I’ve been thinking about getting back into gaming for a while, and over the weekend I decided to bite the bullet and purchase an xBox 360. I went for the full pack, which has a wireless controller, built-in hard drive, and xBox Live goodies. I’m not intending to do internet gaming, and I only realised later how useless the HD is going to be without the net. You can rip your CDs to the hard drive and store your photos. That’s about it. It won’t let you copy your existing MP3 collection, whether obtained legally or not. The HD is capable of storing and playing WMV videos, too, but the only way to get them on there is to download (or buy) them from xBox Live. The xBox even has a USB port, which can support pen drives. It’s just such a shame that a piece of kit, capable of so much more, is held back because of piracy (I presume).
I’m really into online DVD rentals, and when I receive a disc that has four episodes, I usually image it onto my computer and convert it to xVid for watching later (I have a nifty living-room player capable of playing that format). I’m not building up a collection of pirated media; as soon as I watch the files, I delete them. If you want to nit-pick about it, technically it’s breaking the law, but all I’m doing is time-shifting – allowing myself to get the disc returned and another on its way to me while I watch the current stuff. It would have been nice to be able to use the xBox as a buffer for these videos. But it’s not allowed. Had I researched just how restrictive the HD was before purchase, I would have bought the basic Core System and a memory card for game saves.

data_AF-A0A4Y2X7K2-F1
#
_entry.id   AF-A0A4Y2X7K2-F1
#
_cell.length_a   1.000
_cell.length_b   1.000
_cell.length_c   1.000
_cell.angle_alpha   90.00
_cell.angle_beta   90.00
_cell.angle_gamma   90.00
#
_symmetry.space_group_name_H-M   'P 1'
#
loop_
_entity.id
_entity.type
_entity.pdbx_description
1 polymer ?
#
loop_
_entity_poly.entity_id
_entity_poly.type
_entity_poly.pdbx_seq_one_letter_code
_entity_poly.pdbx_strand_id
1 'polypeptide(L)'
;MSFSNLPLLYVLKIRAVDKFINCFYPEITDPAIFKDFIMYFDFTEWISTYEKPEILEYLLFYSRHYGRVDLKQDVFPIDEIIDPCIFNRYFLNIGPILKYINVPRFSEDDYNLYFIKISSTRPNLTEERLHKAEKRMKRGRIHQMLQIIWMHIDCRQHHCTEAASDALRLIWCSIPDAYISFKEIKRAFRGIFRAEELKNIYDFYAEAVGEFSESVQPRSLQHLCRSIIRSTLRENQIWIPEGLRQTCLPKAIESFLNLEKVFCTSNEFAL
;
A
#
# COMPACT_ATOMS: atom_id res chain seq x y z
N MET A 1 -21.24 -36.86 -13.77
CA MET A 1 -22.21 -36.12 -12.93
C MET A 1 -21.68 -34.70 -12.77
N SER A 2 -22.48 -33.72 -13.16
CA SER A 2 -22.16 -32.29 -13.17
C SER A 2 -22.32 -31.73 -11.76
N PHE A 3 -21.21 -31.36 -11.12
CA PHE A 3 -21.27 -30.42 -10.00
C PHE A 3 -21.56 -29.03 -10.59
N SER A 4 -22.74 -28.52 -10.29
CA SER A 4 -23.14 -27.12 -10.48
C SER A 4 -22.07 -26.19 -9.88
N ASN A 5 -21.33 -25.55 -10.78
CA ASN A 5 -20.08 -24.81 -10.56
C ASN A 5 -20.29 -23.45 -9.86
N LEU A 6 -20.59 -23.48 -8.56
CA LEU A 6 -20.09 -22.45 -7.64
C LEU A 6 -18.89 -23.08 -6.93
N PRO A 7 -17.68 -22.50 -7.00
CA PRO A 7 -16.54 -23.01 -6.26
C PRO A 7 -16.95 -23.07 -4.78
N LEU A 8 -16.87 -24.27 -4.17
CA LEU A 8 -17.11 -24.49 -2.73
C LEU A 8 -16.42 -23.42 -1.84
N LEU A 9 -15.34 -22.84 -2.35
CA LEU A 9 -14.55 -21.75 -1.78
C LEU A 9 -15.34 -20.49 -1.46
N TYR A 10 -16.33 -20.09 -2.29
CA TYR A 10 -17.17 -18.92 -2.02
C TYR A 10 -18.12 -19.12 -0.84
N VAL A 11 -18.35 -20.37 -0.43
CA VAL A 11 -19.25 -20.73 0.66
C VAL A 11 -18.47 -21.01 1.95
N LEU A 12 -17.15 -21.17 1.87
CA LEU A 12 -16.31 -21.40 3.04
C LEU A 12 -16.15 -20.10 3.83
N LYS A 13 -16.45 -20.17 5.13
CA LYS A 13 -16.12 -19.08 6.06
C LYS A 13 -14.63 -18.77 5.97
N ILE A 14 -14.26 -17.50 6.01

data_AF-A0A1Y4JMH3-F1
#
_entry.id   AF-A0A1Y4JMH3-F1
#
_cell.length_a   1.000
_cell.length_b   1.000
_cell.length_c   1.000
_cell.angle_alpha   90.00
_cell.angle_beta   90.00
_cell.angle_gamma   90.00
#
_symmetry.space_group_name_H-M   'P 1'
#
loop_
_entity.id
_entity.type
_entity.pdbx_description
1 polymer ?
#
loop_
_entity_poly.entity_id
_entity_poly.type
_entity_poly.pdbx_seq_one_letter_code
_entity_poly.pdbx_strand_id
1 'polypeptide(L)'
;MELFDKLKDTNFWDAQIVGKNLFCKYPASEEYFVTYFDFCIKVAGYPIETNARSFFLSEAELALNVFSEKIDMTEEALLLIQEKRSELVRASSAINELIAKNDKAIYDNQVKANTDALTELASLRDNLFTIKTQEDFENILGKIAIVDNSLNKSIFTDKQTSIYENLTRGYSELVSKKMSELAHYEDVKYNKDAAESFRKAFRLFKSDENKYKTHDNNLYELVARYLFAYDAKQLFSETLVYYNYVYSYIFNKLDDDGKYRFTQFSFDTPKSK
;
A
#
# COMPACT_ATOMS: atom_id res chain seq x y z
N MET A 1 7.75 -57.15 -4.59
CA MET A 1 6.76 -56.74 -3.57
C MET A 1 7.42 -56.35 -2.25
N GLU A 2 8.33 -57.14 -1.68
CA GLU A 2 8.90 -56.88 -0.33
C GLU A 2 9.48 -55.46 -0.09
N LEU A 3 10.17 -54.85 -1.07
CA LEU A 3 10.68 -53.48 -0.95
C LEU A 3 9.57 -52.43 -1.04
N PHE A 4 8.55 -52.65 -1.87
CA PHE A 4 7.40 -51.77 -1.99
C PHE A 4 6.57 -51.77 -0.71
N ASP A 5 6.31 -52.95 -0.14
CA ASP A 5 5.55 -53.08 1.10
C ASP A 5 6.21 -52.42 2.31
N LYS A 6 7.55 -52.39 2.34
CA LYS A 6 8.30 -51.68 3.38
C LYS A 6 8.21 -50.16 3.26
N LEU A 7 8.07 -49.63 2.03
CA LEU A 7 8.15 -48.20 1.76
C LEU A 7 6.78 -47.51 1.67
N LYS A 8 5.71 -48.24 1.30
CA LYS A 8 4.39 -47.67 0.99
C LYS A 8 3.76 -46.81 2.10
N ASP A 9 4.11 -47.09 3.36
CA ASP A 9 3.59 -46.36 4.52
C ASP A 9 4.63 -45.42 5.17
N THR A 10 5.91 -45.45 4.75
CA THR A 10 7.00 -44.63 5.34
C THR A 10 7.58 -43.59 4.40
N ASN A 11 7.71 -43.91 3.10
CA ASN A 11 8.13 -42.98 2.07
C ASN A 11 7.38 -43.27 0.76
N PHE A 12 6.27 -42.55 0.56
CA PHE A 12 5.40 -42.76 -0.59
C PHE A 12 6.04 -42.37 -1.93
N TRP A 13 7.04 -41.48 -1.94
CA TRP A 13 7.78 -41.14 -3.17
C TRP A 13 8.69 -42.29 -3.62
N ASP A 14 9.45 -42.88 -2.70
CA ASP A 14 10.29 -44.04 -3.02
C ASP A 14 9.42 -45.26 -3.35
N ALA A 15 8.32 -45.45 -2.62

But no matter. I bought the machine to play games on, and how does it fare? Excellent. I’ve bought Perfect Dark Zero and Elder Scrolls IV: Oblivion. PDZ is a first-person shooter, where you play a sort of female James Bond. Beautiful game, tough learning curve, and difficult controls to master. I really miss the mouse-control of a PC, but I’ll persevere. I think it’s going to be a great game when I get some practice. Oblivion is a massive role-playing game. I was initially a little put-off by all the statistics (you know, health, fatigue, magic, etc., etc.), but once I’d gotten a feel for the game, I fell in love with it. There was one particular breathtaking moment, when I first emerged from the castle and looked around at the stunning landscape, and I realised, “It’s like a whole world, and I can go anywhere.”